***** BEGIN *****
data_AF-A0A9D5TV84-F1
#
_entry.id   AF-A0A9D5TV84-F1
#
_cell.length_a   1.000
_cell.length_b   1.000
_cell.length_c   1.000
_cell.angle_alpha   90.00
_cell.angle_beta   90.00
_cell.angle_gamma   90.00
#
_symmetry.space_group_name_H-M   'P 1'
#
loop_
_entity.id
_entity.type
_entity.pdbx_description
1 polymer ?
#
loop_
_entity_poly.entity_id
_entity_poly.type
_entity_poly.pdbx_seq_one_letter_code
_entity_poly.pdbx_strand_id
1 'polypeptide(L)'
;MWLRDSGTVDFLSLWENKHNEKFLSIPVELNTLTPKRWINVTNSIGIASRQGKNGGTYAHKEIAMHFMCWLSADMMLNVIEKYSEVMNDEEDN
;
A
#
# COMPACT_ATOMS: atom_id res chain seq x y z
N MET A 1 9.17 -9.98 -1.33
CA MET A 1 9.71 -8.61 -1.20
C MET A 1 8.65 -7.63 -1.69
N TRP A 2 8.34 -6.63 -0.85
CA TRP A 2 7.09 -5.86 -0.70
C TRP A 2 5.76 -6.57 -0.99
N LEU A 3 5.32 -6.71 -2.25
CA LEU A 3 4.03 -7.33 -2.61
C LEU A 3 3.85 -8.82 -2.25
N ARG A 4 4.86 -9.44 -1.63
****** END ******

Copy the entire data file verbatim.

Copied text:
data_AF-A0A9D5TV84-F1
#
_entry.id   AF-A0A9D5TV84-F1
#
_cell.length_a   1.000
_cell.length_b   1.000
_cell.length_c   1.000
_cell.angle_alpha   90.00
_cell.angle_beta   90.00
_cell.angle_gamma   90.00
#
_symmetry.space_group_name_H-M   'P 1'
#
loop_
_entity.id
_entity.type
_entity.pdbx_description
1 polymer ?
#
loop_
_entity_poly.entity_id
_entity_poly.type
_entity_poly.pdbx_seq_one_letter_code
_entity_poly.pdbx_strand_id
1 'polypeptide(L)'
;MWLRDSGTVDFLSLWENKHNEKFLSIPVELNTLTPKRWINVTNSIGIASRQGKNGGTYAHKEIAMHFMCWLSADMMLNVIEKYSEVMNDEEDN
;
A
#
# COMPACT_ATOMS: atom_id res chain seq x y z
N MET A 1 9.17 -9.98 -1.33
CA MET A 1 9.71 -8.61 -1.20
C MET A 1 8.65 -7.63 -1.69
N TRP A 2 8.34 -6.63 -0.85
CA TRP A 2 7.09 -5.86 -0.70
C TRP A 2 5.76 -6.57 -0.99
N LEU A 3 5.32 -6.71 -2.25
CA LEU A 3 4.03 -7.33 -2.61
C LEU A 3 3.85 -8.82 -2.25
N ARG A 4 4.86 -9.44 -1.63